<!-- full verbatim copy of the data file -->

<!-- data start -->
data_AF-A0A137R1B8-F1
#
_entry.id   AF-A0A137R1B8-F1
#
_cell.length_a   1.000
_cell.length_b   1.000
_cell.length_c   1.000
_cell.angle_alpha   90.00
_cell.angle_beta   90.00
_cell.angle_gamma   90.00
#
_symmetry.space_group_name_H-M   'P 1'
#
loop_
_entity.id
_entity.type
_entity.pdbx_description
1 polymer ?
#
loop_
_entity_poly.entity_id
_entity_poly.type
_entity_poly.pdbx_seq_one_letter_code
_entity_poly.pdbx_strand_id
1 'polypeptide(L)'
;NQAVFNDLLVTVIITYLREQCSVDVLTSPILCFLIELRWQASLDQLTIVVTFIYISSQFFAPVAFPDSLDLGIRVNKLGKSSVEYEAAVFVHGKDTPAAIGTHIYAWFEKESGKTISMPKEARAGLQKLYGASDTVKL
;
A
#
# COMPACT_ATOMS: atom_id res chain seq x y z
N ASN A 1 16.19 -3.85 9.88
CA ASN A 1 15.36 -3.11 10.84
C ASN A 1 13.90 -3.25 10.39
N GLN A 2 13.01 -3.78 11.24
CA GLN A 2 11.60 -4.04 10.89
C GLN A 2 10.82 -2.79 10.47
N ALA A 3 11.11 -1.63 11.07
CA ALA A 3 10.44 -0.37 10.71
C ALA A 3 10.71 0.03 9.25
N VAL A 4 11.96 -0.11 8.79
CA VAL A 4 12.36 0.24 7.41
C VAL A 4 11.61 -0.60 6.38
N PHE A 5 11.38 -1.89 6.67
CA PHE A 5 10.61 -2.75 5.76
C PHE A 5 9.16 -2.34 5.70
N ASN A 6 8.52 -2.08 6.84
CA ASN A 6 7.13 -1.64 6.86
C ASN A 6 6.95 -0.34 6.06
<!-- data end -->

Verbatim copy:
data_AF-A0A137R1B8-F1
#
_entry.id   AF-A0A137R1B8-F1
#
_cell.length_a   1.000
_cell.length_b   1.000
_cell.length_c   1.000
_cell.angle_alpha   90.00
_cell.angle_beta   90.00
_cell.angle_gamma   90.00
#
_symmetry.space_group_name_H-M   'P 1'
#
loop_
_entity.id
_entity.type
_entity.pdbx_description
1 polymer ?
#
loop_
_entity_poly.entity_id
_entity_poly.type
_entity_poly.pdbx_seq_one_letter_code
_entity_poly.pdbx_strand_id
1 'polypeptide(L)'
;NQAVFNDLLVTVIITYLREQCSVDVLTSPILCFLIELRWQASLDQLTIVVTFIYISSQFFAPVAFPDSLDLGIRVNKLGKSSVEYEAAVFVHGKDTPAAIGTHIYAWFEKESGKTISMPKEARAGLQKLYGASDTVKL
;
A
#
# COMPACT_ATOMS: atom_id res chain seq x y z
N ASN A 1 16.19 -3.85 9.88
CA ASN A 1 15.36 -3.11 10.84
C ASN A 1 13.90 -3.25 10.39
N GLN A 2 13.01 -3.78 11.24
CA GLN A 2 11.60 -4.04 10.89
C GLN A 2 10.82 -2.79 10.47
N ALA A 3 11.11 -1.63 11.07
CA ALA A 3 10.44 -0.37 10.71
C ALA A 3 10.71 0.03 9.25
N VAL A 4 11.96 -0.11 8.79
CA VAL A 4 12.36 0.24 7.41
C VAL A 4 11.61 -0.60 6.38
N PHE A 5 11.38 -1.89 6.67
CA PHE A 5 10.61 -2.75 5.76
C PHE A 5 9.16 -2.34 5.70
N ASN A 6 8.52 -2.08 6.84
CA ASN A 6 7.13 -1.64 6.86
C ASN A 6 6.95 -0.34 6.06